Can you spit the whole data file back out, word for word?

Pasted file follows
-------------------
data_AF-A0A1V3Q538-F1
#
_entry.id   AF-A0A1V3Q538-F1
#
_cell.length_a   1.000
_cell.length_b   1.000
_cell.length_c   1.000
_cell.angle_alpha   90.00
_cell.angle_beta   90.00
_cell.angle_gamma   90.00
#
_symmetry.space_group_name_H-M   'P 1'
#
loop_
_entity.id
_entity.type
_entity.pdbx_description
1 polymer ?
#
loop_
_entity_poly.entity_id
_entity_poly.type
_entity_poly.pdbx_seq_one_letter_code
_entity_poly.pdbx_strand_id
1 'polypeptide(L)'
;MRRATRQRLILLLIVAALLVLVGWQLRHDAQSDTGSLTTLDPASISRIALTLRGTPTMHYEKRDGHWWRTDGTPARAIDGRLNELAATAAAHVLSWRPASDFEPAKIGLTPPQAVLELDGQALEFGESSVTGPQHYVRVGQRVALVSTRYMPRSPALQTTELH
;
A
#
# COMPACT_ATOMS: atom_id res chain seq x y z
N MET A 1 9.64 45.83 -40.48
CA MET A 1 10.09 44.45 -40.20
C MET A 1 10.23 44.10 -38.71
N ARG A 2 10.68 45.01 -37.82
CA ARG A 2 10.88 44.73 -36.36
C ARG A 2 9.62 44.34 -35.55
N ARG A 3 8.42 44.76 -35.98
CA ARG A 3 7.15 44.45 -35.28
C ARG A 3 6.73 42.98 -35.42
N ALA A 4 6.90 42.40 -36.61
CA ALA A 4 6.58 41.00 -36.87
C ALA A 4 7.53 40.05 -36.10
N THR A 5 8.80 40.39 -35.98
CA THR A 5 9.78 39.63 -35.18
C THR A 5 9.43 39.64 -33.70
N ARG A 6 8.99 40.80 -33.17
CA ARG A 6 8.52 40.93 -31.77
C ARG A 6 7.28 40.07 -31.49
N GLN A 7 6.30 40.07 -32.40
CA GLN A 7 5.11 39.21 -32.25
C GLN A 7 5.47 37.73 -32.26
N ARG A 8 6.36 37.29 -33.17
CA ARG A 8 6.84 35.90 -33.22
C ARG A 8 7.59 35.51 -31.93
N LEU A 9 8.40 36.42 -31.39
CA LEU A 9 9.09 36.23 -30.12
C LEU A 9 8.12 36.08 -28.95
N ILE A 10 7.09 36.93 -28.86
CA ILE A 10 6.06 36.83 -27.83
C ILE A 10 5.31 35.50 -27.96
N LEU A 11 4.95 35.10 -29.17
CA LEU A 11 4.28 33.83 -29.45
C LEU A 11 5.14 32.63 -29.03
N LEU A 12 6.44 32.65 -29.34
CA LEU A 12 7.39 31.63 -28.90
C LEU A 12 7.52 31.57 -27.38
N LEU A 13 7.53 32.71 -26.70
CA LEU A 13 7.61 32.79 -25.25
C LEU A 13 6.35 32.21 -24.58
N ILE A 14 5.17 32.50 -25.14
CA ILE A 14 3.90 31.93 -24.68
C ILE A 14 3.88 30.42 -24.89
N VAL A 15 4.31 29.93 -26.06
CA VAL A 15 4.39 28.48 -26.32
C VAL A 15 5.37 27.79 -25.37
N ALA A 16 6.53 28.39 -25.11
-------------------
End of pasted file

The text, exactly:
data_AF-A0A1V3Q538-F1
#
_entry.id   AF-A0A1V3Q538-F1
#
_cell.length_a   1.000
_cell.length_b   1.000
_cell.length_c   1.000
_cell.angle_alpha   90.00
_cell.angle_beta   90.00
_cell.angle_gamma   90.00
#
_symmetry.space_group_name_H-M   'P 1'
#
loop_
_entity.id
_entity.type
_entity.pdbx_description
1 polymer ?
#
loop_
_entity_poly.entity_id
_entity_poly.type
_entity_poly.pdbx_seq_one_letter_code
_entity_poly.pdbx_strand_id
1 'polypeptide(L)'
;MRRATRQRLILLLIVAALLVLVGWQLRHDAQSDTGSLTTLDPASISRIALTLRGTPTMHYEKRDGHWWRTDGTPARAIDGRLNELAATAAAHVLSWRPASDFEPAKIGLTPPQAVLELDGQALEFGESSVTGPQHYVRVGQRVALVSTRYMPRSPALQTTELH
;
A
#
# COMPACT_ATOMS: atom_id res chain seq x y z
N MET A 1 9.64 45.83 -40.48
CA MET A 1 10.09 44.45 -40.20
C MET A 1 10.23 44.10 -38.71
N ARG A 2 10.68 45.01 -37.82
CA ARG A 2 10.88 44.73 -36.36
C ARG A 2 9.62 44.34 -35.55
N ARG A 3 8.42 44.76 -35.98
CA ARG A 3 7.15 44.45 -35.28
C ARG A 3 6.73 42.98 -35.42
N ALA A 4 6.90 42.40 -36.61
CA ALA A 4 6.58 41.00 -36.87
C ALA A 4 7.53 40.05 -36.10
N THR A 5 8.80 40.39 -35.98
CA THR A 5 9.78 39.63 -35.18
C THR A 5 9.43 39.64 -33.70
N ARG A 6 8.99 40.80 -33.17
CA ARG A 6 8.52 40.93 -31.77
C ARG A 6 7.28 40.07 -31.49
N GLN A 7 6.30 40.07 -32.40
CA GLN A 7 5.11 39.21 -32.25
C GLN A 7 5.47 37.73 -32.26
N ARG A 8 6.36 37.29 -33.17
CA ARG A 8 6.84 35.90 -33.22
C ARG A 8 7.59 35.51 -31.93
N LEU A 9 8.40 36.42 -31.39
CA LEU A 9 9.09 36.23 -30.12
C LEU A 9 8.12 36.08 -28.95
N ILE A 10 7.09 36.93 -28.86
CA ILE A 10 6.06 36.83 -27.83
C ILE A 10 5.31 35.50 -27.96
N LEU A 11 4.95 35.10 -29.17
CA LEU A 11 4.28 33.83 -29.45
C LEU A 11 5.14 32.63 -29.03
N LEU A 12 6.44 32.65 -29.34
CA LEU A 12 7.39 31.63 -28.90
C LEU A 12 7.52 31.57 -27.38
N LEU A 13 7.53 32.71 -26.70
CA LEU A 13 7.61 32.79 -25.25
C LEU A 13 6.35 32.21 -24.58
N ILE A 14 5.17 32.50 -25.14
CA ILE A 14 3.90 31.93 -24.68
C ILE A 14 3.88 30.42 -24.89
N VAL A 15 4.31 29.93 -26.06
CA VAL A 15 4.39 28.48 -26.32
C VAL A 15 5.37 27.79 -25.37
N ALA A 16 6.53 28.39 -25.11